Clearly, counting carbs is the tough part, but, Sarah’s become pretty good at looking and guesstimating. The good thing is that she doesn’t drink alcohol at all (saw how it affected her stepdad and has avoided it completely), so, we haven’t had to deal with issues as a result of being drunk… skyrocketing blood sugars… overcompensating with insulin… etc. I’m lucky in that she’s really responsible. The more he understands how his body works and how these things can and will affect him, well, the better. I don’t necessarily condone underage drinking, but, having a conversation about drinking and partying at school will benefit everyone… even if that means giving him a beer, margarita, etc, at home so that he knows how his BG is going to react, then I’d say do it. Of course, if he’s truly deadset against it, then you may not need to. But, better to have him experiment at home, especially as a Juvenile Diabetic, than to experiment at college and run into trouble.

Lastlly, ensuring that he understands that his body WILL cause him problems if he’s not diligent with his management is key. We all know how we believe that things will just take care of themselves at times in our lives, but, this isn’t one of them. Until an artificial pancreas is developed this is something that always takes manual intervention (as we parents all know), but, convincing the youthful adults can be a challenge even if they’ve been dealing with this disease their entire lives.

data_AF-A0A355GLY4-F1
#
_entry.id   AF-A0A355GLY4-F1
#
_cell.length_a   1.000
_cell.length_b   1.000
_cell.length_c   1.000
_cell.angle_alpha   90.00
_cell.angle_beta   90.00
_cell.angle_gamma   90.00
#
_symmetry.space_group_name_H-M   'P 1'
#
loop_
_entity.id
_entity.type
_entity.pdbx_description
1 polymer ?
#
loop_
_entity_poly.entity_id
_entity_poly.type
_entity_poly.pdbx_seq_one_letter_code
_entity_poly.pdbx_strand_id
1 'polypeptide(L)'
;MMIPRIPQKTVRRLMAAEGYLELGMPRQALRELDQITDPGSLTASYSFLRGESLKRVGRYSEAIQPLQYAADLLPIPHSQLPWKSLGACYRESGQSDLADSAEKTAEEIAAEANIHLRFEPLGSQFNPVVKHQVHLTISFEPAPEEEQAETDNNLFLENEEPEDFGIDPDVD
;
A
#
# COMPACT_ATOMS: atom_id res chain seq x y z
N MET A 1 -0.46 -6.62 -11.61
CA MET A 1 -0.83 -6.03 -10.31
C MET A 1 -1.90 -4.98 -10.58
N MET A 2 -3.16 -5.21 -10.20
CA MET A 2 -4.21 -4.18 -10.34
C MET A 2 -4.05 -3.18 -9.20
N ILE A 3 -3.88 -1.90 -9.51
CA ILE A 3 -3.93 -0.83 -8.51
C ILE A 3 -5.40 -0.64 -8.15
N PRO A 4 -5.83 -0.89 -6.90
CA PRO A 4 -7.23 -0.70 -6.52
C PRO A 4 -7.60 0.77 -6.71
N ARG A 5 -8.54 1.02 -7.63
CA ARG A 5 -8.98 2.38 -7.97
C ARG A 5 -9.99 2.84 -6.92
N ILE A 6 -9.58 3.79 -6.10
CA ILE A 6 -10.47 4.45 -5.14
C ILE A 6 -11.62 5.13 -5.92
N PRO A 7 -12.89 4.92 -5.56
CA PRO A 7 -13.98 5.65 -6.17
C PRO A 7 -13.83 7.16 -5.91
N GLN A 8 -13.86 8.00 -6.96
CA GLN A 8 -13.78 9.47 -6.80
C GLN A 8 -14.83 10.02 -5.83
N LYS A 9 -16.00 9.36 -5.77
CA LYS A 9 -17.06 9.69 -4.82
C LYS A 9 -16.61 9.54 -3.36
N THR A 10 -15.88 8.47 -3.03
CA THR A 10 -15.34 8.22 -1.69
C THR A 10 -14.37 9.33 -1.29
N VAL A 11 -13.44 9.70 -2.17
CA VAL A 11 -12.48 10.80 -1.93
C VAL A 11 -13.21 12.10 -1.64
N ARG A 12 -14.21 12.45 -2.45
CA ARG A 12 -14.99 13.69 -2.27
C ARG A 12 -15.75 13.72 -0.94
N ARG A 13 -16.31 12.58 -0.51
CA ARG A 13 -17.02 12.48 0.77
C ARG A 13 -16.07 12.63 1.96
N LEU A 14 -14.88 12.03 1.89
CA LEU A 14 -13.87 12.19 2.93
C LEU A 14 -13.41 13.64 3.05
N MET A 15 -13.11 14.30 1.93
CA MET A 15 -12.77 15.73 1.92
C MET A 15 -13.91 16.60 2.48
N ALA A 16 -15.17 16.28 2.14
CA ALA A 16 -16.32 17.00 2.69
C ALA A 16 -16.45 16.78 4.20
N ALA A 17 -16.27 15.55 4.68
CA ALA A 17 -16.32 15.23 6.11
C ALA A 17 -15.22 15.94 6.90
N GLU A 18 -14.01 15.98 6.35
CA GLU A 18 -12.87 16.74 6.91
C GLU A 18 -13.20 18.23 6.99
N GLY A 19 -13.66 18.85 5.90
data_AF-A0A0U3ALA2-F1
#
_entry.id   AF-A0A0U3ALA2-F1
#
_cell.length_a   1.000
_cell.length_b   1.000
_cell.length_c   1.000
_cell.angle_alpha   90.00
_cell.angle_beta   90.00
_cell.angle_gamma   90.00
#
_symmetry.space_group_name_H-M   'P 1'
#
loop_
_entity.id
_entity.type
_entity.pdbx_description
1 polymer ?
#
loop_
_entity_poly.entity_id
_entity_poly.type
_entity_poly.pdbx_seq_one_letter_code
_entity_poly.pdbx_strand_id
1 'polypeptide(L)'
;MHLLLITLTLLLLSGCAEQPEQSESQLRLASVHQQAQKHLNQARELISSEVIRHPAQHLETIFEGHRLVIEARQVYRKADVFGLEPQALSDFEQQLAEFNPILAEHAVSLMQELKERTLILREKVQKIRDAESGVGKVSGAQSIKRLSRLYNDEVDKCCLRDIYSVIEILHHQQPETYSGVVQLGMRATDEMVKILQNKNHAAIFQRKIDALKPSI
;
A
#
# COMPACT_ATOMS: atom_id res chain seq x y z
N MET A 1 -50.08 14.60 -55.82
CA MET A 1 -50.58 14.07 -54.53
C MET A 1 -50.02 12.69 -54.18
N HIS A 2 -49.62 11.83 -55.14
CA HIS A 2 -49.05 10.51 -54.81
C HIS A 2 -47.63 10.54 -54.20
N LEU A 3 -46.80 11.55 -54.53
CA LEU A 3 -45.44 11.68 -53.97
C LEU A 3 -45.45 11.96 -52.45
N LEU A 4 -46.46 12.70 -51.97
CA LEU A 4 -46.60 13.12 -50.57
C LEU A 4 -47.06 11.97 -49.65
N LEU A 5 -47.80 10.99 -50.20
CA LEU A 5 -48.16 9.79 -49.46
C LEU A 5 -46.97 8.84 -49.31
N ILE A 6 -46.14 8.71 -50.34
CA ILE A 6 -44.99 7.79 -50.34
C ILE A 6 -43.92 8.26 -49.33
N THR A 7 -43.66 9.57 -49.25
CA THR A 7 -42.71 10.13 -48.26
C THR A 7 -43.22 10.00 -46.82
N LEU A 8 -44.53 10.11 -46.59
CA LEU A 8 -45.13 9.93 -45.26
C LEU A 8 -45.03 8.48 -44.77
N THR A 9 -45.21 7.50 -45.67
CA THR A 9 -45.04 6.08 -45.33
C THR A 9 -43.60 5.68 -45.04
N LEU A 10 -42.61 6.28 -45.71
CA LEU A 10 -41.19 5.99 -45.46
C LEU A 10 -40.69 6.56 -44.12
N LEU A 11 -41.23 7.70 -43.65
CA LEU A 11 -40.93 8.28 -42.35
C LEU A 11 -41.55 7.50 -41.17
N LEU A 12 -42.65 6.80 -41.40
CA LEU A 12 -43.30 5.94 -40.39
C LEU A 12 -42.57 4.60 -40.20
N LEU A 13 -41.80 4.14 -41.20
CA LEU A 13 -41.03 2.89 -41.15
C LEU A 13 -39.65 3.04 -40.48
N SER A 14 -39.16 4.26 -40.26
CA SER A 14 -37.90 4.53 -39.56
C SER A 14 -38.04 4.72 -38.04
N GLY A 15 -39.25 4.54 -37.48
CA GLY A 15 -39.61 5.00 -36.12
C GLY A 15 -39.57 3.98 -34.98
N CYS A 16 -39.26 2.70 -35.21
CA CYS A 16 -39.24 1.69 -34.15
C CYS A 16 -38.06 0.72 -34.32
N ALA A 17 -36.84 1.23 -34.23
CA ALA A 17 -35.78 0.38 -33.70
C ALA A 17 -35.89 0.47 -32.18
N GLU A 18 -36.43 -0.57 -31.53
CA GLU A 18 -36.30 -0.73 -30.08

So, all-in-all, sleeping through the night will be fine (though more difficult for you as it was for me I’m sure!). His roommates and friends will all wanna help, so, that’ll be fine, too. You’ll have to work with the professors, but, again, all doable. The biggest challenge is the kids themselves…

Hoping that helps a little!!


Hello… I’m not a very experienced type1 mom since my son was diagnosed in late March of his senior year in high school… not even a year ago… but it seems like a lifetime!

I was petrified as he left for college. But he owns his disease, and its care. He uses a regular monitor and is not on a pump. I’ve been worried, but he has been confident. And he has stepped up. I explained to the roommate on move-in day. The guy was terrific about it! He’s been a good friend without putting any pressure on my son.

The first A1C after semester one: 5.6. We’re walking on air.

Kids are very good about wanting to live. Count on your son.